The short answer is: Yes, but it depends on what the software actually does.
The European Patent Office (EPO) does not grant patents on any kind of software, but only on software innovations which meet certain requirements. For a patent to be granted for a software-related invention, a technical problem has to be solved in a novel and non-obvious manner.
Watch this 1-minute clip for a quick summary:
As you can see, the central question is:
Does the software provide a non-obvious technical contribution to the prior art?
If the innovation is really in the non-technical aspects, it is not patentable at the EPO. Adding an instruction such as “do it on a computer” also does not help, since this is regularly considered obvious by the EPO. What is patentable is a “technically clever” implementation of the innovation.
Even though such an algorithm would be very helpful, a European software patent will not be granted, since the real innovation lies in a non-technical field (essentially a business method).
If, however, the software implementation is particularly clever in that it solves a technical problem in a non-obvious manner, a software patent will be granted by the EPO.
What does that mean in practice?
To make a preliminary assessment of the patentability prospects of a software-related innovation, ask yourself the following two questions:
1. Does the software provide a technical effect?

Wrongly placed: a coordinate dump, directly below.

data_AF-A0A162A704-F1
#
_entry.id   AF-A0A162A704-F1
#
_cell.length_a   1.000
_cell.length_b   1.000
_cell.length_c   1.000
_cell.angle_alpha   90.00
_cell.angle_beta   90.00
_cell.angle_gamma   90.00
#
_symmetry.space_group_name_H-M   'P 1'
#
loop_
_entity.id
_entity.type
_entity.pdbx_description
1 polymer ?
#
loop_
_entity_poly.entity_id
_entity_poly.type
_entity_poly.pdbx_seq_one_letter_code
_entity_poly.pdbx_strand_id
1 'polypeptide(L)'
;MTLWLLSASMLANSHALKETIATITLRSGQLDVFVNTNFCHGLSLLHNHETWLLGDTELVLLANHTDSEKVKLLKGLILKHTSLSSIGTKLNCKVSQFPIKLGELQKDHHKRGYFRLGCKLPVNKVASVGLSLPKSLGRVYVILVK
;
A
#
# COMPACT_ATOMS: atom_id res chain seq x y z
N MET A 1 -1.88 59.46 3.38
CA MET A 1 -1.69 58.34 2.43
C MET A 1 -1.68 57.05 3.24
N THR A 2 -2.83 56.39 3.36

Note that the technical effect has to go beyond the mere automation provided by a computer and the self-evident physical processes happening within the computer when the software is executed. Examples of suitable technical effects are:
- Controlling the operation of a technical apparatus or a technical process
- Improving the internal functioning of the underlying computer
- Improving the efficiency, reliability, robustness, security, or compatibility of the software
- Saving processing resources, saving network bandwidth
- Improving the retrievability of data within huge data collections
2. Is the technical effect achieved in a clever way?
Imagine you would instruct a programmer to implement the software for your new invention.
If the programmer’s answer is: “No problem, I’ll take framework <xy> and put everything into the cloud via API <yz>, it all fits perfectly together!” – this would rather not get you a European software patent, since the invention is obvious on the technical level.
If the programmer’s answer is: “Wait, this is not straightforward, I will have to think about how to implement that <efficiently, reliably, with high availability, securely, …>.” – there could indeed be material for a European software patent.
The devil is in the details
These two control questions should give you a good first impression of whether your particular software invention is sufficiently technical or not. But as you can see, it’s really about the individual case.
So in the end, the only thing that helps to assess a particular software invention is a good understanding of what the EPO Boards of Appeal have already decided in similar cases. That’s what europeansoftwarepatents.com is here for. Check out the blog for regular EPO case law summaries relevant to software engineering inventions.
And of course, for any specific questions and requests for personal advice, email me directly at firstname.lastname@example.org.